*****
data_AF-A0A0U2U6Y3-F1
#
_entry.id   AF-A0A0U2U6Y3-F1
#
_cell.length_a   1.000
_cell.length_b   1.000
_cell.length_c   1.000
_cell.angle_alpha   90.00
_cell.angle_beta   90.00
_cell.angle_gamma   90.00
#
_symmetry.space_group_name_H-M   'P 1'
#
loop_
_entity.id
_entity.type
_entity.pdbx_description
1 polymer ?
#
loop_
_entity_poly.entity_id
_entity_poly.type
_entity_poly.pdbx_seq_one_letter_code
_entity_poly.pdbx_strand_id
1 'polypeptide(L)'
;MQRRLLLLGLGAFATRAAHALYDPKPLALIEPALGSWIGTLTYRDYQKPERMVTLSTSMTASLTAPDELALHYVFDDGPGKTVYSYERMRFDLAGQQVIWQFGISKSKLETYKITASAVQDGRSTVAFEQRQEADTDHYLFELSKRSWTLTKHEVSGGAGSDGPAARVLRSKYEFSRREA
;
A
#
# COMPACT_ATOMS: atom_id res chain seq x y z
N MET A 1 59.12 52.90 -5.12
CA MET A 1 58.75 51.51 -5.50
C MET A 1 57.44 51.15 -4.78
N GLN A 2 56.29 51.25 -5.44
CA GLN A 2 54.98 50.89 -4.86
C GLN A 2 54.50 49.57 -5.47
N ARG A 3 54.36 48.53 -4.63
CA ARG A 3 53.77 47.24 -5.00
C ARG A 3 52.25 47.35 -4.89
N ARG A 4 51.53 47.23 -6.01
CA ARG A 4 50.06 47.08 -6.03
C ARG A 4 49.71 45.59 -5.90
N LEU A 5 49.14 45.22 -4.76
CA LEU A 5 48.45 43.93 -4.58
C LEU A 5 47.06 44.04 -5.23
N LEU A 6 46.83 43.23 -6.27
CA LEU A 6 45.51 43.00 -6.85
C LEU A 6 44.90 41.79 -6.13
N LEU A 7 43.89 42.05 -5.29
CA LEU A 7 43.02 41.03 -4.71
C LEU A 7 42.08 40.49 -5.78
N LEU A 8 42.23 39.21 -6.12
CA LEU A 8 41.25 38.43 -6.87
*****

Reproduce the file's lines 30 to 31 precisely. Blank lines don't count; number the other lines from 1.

# COMPACT_ATOMS: atom_id res chain seq x y z
N MET A 1 59.12 52.90 -5.12